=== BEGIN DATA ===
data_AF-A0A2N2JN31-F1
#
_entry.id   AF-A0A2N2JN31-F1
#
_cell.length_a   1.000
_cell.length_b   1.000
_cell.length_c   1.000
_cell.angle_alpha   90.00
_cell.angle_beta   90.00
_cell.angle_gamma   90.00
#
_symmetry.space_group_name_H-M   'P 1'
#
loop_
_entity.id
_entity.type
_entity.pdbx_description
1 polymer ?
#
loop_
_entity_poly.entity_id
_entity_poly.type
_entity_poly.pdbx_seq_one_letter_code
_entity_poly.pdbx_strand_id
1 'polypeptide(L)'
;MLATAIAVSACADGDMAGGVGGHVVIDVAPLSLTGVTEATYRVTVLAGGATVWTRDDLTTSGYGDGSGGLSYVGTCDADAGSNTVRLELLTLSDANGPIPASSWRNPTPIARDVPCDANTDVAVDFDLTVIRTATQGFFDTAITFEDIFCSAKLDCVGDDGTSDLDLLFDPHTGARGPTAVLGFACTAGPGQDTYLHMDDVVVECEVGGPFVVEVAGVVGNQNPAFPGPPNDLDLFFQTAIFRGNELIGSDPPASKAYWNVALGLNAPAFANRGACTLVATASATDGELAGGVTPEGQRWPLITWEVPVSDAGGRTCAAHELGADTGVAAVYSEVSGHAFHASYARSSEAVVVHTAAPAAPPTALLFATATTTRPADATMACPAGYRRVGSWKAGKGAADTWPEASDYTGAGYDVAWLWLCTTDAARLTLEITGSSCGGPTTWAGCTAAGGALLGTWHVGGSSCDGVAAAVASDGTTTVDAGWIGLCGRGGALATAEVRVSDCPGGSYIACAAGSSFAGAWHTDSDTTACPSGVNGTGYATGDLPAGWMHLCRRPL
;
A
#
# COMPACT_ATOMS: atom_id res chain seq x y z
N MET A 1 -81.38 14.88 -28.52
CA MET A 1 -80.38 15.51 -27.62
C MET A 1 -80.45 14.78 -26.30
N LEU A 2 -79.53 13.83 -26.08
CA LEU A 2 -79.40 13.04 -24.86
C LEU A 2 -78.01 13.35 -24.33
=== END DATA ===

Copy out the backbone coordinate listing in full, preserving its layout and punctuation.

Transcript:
data_AF-A0A2N2JN31-F1
#
_entry.id   AF-A0A2N2JN31-F1
#
_cell.length_a   1.000
_cell.length_b   1.000
_cell.length_c   1.000
_cell.angle_alpha   90.00
_cell.angle_beta   90.00
_cell.angle_gamma   90.00
#
_symmetry.space_group_name_H-M   'P 1'
#
loop_
_entity.id
_entity.type
_entity.pdbx_description
1 polymer ?
#
loop_
_entity_poly.entity_id
_entity_poly.type
_entity_poly.pdbx_seq_one_letter_code
_entity_poly.pdbx_strand_id
1 'polypeptide(L)'
;MLATAIAVSACADGDMAGGVGGHVVIDVAPLSLTGVTEATYRVTVLAGGATVWTRDDLTTSGYGDGSGGLSYVGTCDADAGSNTVRLELLTLSDANGPIPASSWRNPTPIARDVPCDANTDVAVDFDLTVIRTATQGFFDTAITFEDIFCSAKLDCVGDDGTSDLDLLFDPHTGARGPTAVLGFACTAGPGQDTYLHMDDVVVECEVGGPFVVEVAGVVGNQNPAFPGPPNDLDLFFQTAIFRGNELIGSDPPASKAYWNVALGLNAPAFANRGACTLVATASATDGELAGGVTPEGQRWPLITWEVPVSDAGGRTCAAHELGADTGVAAVYSEVSGHAFHASYARSSEAVVVHTAAPAAPPTALLFATATTTRPADATMACPAGYRRVGSWKAGKGAADTWPEASDYTGAGYDVAWLWLCTTDAARLTLEITGSSCGGPTTWAGCTAAGGALLGTWHVGGSSCDGVAAAVASDGTTTVDAGWIGLCGRGGALATAEVRVSDCPGGSYIACAAGSSFAGAWHTDSDTTACPSGVNGTGYATGDLPAGWMHLCRRPL
;
A
#
# COMPACT_ATOMS: atom_id res chain seq x y z
N MET A 1 -81.38 14.88 -28.52
CA MET A 1 -80.38 15.51 -27.62
C MET A 1 -80.45 14.78 -26.30
N LEU A 2 -79.53 13.83 -26.08
CA LEU A 2 -79.40 13.04 -24.86
C LEU A 2 -78.01 13.35 -24.33